When art consultant Ellie Hayworth went to ride out lockdown with her parents in Miami in March 2020, she had no way of knowing it would be the beginning of a new chapter in her life, personally and professionally.
Hayworth had spent the past two years nurturing her eponymous art consulting company (after previous stints with art world PR firms Resnicow and Associates and Third Eye), But after seven years in New York City, the Cuban-American Miami native suddenly found herself imagining a permanent relocation back to her hometown.
One day on a run through Coral Gables, she spotted a building still under construction, and then signed up for a virtual tour. Hayworth loved the unit’s private balcony, and the space was big enough to serve as both a home and office. She signed a lease, sight-unseen, and packed up her Brooklyn apartment for good.
Since moving back to Miami, she has evolved her company, Hayworth, from a one-woman arts PR show to an itinerant gallery for art and design that debuted during Miami Art Week with a booth at the Untitled Art Fair.
We spoke with Hayworth about how she started collecting art, and her passion for discovering emerging artists.
What was your first purchase?
As a graduate student at New York’s Sotheby’s Institute of Art, I was invited to volunteer at the Newd Art Fair in Bushwick. I was immediately taken by a small black-and-white painting by Jean-Baptiste Bernadet, whose work I had associated with large scale, impressionistic colors, and pointillist style. This small, monochromatic canvas was such a point of departure for him that I knew I couldn’t walk away. I went home with my first acquisition that day.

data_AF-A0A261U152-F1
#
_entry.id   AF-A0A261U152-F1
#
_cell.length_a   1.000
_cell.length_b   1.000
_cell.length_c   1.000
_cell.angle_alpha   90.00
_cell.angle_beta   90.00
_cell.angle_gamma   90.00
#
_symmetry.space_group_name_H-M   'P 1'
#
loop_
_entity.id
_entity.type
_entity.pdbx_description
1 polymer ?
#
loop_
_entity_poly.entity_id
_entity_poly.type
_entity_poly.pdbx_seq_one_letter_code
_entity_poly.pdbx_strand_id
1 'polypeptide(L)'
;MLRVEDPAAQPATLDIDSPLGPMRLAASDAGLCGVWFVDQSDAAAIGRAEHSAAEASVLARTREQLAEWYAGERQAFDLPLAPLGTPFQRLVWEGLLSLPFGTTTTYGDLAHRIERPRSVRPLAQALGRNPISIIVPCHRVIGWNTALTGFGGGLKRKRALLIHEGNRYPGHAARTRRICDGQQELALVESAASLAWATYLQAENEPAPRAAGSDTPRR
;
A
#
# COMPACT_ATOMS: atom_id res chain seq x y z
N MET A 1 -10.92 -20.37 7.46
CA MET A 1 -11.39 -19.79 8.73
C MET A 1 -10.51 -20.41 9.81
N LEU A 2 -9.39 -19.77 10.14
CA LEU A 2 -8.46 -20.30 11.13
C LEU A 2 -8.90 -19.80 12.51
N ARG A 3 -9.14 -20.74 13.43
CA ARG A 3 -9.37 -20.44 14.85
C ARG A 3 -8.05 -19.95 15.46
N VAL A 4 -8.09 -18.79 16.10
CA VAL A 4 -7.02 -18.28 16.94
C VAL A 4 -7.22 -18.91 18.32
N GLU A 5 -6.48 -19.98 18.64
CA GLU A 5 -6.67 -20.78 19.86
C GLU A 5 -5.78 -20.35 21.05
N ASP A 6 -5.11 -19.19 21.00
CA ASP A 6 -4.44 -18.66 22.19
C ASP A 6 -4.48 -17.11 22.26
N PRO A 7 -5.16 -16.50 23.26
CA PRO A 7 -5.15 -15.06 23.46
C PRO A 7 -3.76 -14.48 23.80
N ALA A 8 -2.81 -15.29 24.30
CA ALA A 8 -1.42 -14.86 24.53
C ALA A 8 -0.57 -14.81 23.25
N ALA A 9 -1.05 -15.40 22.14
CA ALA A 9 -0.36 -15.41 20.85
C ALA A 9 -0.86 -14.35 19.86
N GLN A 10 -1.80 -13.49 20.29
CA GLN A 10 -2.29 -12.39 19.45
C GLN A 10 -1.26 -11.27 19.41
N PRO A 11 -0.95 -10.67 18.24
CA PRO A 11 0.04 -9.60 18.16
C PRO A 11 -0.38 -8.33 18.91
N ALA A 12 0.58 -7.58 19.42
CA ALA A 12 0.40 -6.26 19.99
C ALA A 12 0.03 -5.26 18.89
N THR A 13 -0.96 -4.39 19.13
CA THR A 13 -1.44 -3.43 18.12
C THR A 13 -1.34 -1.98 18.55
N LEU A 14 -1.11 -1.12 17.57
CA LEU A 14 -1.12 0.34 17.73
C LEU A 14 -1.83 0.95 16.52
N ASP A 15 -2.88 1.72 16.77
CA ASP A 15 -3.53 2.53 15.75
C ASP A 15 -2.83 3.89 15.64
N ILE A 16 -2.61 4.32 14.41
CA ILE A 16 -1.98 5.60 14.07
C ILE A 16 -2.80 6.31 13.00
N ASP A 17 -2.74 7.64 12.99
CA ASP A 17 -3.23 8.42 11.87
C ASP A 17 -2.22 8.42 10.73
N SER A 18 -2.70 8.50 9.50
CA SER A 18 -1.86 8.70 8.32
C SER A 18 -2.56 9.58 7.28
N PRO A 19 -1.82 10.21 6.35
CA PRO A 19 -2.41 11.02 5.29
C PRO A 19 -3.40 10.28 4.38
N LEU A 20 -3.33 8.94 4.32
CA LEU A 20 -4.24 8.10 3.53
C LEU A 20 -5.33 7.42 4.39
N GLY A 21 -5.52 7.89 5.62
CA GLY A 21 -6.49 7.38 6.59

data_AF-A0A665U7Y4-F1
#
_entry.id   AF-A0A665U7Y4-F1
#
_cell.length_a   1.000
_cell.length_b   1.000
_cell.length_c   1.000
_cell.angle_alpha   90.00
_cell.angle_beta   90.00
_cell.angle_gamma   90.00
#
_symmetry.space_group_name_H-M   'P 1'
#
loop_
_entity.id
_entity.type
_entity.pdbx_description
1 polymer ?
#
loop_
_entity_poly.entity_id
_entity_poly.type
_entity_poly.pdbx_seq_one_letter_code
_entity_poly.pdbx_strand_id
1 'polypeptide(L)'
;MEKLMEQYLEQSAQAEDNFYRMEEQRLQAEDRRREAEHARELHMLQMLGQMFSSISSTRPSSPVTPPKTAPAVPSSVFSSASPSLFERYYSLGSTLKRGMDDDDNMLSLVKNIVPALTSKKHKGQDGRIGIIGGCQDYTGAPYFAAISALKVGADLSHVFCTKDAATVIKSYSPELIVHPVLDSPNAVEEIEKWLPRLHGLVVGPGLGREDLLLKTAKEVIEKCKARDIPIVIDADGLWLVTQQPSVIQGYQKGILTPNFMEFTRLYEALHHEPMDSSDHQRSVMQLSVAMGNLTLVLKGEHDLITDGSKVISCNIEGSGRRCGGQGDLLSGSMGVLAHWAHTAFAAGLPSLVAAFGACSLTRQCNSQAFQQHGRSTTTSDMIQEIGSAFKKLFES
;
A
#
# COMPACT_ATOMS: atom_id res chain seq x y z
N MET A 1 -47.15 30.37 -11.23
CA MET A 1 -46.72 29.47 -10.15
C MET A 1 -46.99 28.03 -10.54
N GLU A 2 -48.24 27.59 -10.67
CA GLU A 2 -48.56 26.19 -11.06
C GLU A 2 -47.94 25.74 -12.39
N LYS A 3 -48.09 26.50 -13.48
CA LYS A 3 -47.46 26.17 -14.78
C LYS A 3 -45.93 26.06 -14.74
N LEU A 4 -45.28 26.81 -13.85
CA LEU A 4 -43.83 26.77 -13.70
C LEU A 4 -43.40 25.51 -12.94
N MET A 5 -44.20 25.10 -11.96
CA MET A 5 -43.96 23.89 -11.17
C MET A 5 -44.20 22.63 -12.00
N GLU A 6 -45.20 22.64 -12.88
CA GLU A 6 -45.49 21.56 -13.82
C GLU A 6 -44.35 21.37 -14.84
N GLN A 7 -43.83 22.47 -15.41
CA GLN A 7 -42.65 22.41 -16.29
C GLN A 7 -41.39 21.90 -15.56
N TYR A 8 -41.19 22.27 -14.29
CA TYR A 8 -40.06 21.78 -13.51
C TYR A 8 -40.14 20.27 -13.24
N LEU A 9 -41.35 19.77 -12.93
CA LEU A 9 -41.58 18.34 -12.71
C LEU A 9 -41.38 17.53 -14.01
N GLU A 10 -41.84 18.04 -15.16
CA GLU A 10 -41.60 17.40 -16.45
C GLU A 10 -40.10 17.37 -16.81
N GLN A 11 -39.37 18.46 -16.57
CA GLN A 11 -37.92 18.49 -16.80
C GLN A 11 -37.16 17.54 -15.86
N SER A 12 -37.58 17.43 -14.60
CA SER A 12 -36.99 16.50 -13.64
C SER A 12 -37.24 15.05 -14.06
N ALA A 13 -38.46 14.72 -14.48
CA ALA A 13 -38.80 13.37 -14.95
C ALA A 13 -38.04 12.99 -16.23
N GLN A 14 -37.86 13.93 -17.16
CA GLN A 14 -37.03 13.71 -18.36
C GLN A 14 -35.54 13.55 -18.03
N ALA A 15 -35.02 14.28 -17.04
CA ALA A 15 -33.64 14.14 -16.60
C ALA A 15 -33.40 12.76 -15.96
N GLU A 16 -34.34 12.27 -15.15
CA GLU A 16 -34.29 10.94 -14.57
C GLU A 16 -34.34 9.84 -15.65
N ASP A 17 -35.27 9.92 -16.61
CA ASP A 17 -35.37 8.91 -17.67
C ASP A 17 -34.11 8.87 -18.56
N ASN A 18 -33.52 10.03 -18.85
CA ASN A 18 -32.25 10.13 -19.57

Not long after, I gained the confidence to go bigger: I acquired my first large-scale paintings—two works from a beautiful and atmospheric series of paintings by Benoit Platéus rendered on vintage French movie posters.
What was your most recent purchase?
I was introduced to the work of artist Langdon Graves through Dinner Gallery at New York’s Future Fairs last year. I am fascinated by the precision with which Graves renders colloquial objects, imbuing them with a subtle, graceful lyricism. Dinner Gallery founder Celine Mo told me that Graves was developing a limited-edition tarot deck with unique symbols in a sort of contemporary dark romanticism style. As someone who turns to symbology and spirituality in many aspects of my life, this resonated deeply with me. This set of 12 cards is now among my most treasured acquisitions.
Which works or artists are you hoping to add to your collection this year?
I have a number of works on my proverbial radar, but at the top of my “moonshot” wish list is a diptych on paper by SimonEvansTM. I’ve long admired their practice and am captivated by their approach to what I’ve coined conversationally “cultural cartography.”
What is the most expensive work of art that you own?
I rarely assess “value” in terms of price and often have an intrinsic pull toward works I regard to be meaningful and formative within the evolution of an artist’s career. I gravitate toward works by young, ascendant artists whose body of work reflects an intriguing, dynamic trajectory. I never collect work on the secondary market, for instance. It undercuts that gut-punch sense of discovery for me.
As such, the work that comes to mind is a large, masterful painting by Yulia Iosilzon entitled The Sweet Tooth, which is the centerpiece of my living space and one I regard to be a real gem!